A diagnosis of breast cancer can derail even the best financial planning. If setting up a long range economic plan for your future has been on your to-do list for the last decade or so, a breast cancer diagnosis can be devastating.
Regardless of the current state of your finances, there are several steps you can take right now to protect yourself and survive in one piece.
If you work, there's a good chance you will reduce your working hours or suspend them altogether during treatment. Medical expenses will increase, and you need to be proactive. If your income is necessary for your support and/or your family's support, you must address the situation immediately. Doing so will help you maintain a sense of control over your financial well being.
Creating a budget is the first step to getting a handle on where you stand financially. Listing all your monthly expenses gives you a foundation from which to plan. Listing your expenses will help you see where you might be able to cut expenses. It will also assist you to prioritize your bills and determine if you will need additional funds to meet your obligations.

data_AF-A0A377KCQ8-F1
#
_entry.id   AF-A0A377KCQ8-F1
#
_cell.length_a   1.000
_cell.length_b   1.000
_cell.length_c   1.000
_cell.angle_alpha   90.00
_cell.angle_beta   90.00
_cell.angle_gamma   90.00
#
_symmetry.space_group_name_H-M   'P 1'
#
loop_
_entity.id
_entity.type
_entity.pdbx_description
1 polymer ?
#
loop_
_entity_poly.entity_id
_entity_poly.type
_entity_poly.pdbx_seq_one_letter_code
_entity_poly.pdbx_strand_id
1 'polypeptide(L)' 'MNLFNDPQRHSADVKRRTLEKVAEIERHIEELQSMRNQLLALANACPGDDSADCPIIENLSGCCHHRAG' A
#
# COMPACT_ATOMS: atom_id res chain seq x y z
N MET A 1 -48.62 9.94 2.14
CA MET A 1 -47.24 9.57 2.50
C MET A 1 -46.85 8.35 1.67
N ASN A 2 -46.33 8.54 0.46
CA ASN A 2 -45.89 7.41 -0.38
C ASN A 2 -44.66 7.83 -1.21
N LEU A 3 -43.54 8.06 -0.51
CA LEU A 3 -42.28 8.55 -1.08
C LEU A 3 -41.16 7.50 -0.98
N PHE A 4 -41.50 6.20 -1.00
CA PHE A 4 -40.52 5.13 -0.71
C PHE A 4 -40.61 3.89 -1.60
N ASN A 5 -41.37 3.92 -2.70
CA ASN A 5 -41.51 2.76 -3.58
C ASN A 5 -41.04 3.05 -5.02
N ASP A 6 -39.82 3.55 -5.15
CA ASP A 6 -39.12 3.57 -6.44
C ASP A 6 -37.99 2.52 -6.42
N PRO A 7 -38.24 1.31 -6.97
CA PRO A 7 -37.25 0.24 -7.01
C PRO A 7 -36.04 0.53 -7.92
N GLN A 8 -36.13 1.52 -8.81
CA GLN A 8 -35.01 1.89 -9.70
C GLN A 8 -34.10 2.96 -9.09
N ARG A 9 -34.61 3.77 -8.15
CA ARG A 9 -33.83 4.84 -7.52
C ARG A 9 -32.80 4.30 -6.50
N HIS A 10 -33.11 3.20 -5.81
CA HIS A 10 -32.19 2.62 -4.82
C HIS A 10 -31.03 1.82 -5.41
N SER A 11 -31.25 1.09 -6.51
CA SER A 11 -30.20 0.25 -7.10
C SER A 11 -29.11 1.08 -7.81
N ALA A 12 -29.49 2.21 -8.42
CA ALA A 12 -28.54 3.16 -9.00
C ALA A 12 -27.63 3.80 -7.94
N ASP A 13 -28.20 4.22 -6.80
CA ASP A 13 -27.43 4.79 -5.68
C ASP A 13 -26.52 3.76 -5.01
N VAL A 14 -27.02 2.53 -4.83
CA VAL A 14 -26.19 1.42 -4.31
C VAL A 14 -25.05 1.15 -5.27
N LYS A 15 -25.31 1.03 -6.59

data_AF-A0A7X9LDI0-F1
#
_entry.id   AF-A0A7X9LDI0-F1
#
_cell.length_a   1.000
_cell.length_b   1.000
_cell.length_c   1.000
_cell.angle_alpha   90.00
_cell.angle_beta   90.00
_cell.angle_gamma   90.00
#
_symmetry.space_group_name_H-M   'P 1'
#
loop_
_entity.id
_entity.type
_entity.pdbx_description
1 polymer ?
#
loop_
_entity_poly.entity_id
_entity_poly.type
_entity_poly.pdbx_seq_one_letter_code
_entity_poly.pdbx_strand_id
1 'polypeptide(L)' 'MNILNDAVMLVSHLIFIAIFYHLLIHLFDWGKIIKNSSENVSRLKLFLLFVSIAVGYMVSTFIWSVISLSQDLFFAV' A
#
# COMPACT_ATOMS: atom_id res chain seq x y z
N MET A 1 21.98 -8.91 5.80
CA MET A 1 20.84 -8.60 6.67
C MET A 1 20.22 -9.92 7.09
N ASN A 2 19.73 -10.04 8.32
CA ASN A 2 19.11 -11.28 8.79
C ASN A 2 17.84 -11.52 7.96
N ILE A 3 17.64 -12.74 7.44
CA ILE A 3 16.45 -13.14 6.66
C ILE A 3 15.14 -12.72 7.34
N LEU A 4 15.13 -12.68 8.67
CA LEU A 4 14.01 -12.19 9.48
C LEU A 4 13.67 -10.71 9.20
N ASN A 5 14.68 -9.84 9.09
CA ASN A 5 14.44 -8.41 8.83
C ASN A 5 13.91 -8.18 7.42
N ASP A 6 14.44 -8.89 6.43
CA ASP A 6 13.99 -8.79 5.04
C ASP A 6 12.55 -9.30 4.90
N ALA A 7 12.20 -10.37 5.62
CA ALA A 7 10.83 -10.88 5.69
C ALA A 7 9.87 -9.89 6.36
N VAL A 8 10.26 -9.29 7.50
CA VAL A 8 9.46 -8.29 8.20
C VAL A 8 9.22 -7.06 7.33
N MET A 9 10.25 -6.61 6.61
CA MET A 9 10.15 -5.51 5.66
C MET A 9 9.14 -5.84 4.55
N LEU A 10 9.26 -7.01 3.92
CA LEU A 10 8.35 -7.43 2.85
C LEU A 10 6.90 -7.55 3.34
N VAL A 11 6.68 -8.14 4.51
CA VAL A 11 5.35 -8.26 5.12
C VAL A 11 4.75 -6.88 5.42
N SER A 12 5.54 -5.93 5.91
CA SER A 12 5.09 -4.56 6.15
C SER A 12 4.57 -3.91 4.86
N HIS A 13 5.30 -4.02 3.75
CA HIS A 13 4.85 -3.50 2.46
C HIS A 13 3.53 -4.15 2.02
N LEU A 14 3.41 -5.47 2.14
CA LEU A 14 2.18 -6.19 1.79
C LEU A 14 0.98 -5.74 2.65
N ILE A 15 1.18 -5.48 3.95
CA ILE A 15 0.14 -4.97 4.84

Be honest with your creditors if you are having trouble paying your bills. Tell them why you are having trouble meeting your obligations, and try to work out a reduced payment plan. Do everything you can to make a payment on your accounts every month, as this will show your creditors you are acting in good faith.
Credit counselors and social workers are trained professionals who can assist you in creating a workable budget. They can also help you find government and nonprofit agencies that may be available to offer assistance. Qualified credit counselors can be found through organizations such as the National Foundation for Credit Counseling, and social workers can often be located through your local hospital or cancer center.
The United Way and The American Cancer Society may be able to direct you to agencies or nonprofit groups in your area that can help.
Be creative in your search. Many religious groups and community centers have volunteers available to help with things such as grocery shopping, meal preparation, light household cleaning and maintenance, etc. The fact that volunteers provide the services means that you do not have to pay for them. This can help you lower the cost of temporary assistance during your recovery.
Friends and family can sometimes lend a helping hand. No one likes to ask for this kind of help, but by the same token, many people are in a position to help when it comes to financial matters, and are more than willing to do so.
When you are faced with money problems, it's so easy to slip into a place of self-recrimination and despair. The important thing to remember, however, is that you have just been knocked down with a serious medical condition. In no way is that a reflection on your worth as a human being or your ability to maintain your financial affairs under normal circumstances.